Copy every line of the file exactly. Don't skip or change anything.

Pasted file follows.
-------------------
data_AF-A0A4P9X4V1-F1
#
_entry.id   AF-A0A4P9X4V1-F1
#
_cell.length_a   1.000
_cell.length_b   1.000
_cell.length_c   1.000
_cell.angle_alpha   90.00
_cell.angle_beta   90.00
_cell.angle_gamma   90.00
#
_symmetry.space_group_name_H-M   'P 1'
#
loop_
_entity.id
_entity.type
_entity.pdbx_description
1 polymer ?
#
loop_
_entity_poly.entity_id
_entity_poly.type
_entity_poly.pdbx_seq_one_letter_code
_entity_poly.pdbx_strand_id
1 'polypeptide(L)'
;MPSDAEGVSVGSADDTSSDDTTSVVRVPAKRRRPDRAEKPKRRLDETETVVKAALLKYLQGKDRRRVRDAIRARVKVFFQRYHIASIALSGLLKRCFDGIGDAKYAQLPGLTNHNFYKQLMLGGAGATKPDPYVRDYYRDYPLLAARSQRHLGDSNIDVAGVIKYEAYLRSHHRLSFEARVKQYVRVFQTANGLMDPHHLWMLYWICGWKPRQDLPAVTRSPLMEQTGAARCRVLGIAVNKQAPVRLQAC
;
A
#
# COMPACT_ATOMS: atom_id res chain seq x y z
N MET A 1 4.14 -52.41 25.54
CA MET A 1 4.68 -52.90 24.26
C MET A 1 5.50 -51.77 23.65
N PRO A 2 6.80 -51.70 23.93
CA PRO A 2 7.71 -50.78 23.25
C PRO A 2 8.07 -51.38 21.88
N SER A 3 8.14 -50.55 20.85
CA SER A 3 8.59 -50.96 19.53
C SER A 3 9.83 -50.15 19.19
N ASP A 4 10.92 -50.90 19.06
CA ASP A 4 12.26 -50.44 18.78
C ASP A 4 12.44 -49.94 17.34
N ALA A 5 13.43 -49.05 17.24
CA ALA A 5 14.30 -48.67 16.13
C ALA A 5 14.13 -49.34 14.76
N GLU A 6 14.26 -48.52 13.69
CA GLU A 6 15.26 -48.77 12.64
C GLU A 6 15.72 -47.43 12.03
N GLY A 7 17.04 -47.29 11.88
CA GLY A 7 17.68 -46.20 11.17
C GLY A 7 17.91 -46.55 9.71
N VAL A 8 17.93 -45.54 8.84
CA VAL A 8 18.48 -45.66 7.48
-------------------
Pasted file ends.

data_AF-A0A4P9X4V1-F1
#
_entry.id   AF-A0A4P9X4V1-F1
#
_cell.length_a   1.000
_cell.length_b   1.000
_cell.length_c   1.000
_cell.angle_alpha   90.00
_cell.angle_beta   90.00
_cell.angle_gamma   90.00
#
_symmetry.space_group_name_H-M   'P 1'
#
loop_
_entity.id
_entity.type
_entity.pdbx_description
1 polymer ?
#
loop_
_entity_poly.entity_id
_entity_poly.type
_entity_poly.pdbx_seq_one_letter_code
_entity_poly.pdbx_strand_id
1 'polypeptide(L)'
;MPSDAEGVSVGSADDTSSDDTTSVVRVPAKRRRPDRAEKPKRRLDETETVVKAALLKYLQGKDRRRVRDAIRARVKVFFQRYHIASIALSGLLKRCFDGIGDAKYAQLPGLTNHNFYKQLMLGGAGATKPDPYVRDYYRDYPLLAARSQRHLGDSNIDVAGVIKYEAYLRSHHRLSFEARVKQYVRVFQTANGLMDPHHLWMLYWICGWKPRQDLPAVTRSPLMEQTGAARCRVLGIAVNKQAPVRLQAC
;
A
#
# COMPACT_ATOMS: atom_id res chain seq x y z
N MET A 1 4.14 -52.41 25.54
CA MET A 1 4.68 -52.90 24.26
C MET A 1 5.50 -51.77 23.65
N PRO A 2 6.80 -51.70 23.93
CA PRO A 2 7.71 -50.78 23.25
C PRO A 2 8.07 -51.38 21.88
N SER A 3 8.14 -50.55 20.85
CA SER A 3 8.59 -50.96 19.53
C SER A 3 9.83 -50.15 19.19
N ASP A 4 10.92 -50.90 19.06
CA ASP A 4 12.26 -50.44 18.78
C ASP A 4 12.44 -49.94 17.34
N ALA A 5 13.43 -49.05 17.24
CA ALA A 5 14.30 -48.67 16.13
C ALA A 5 14.13 -49.34 14.76
N GLU A 6 14.26 -48.52 13.69
CA GLU A 6 15.26 -48.77 12.64
C GLU A 6 15.72 -47.43 12.03
N GLY A 7 17.04 -47.29 11.88
CA GLY A 7 17.68 -46.20 11.17
C GLY A 7 17.91 -46.55 9.71
N VAL A 8 17.93 -45.54 8.84
CA VAL A 8 18.48 -45.66 7.48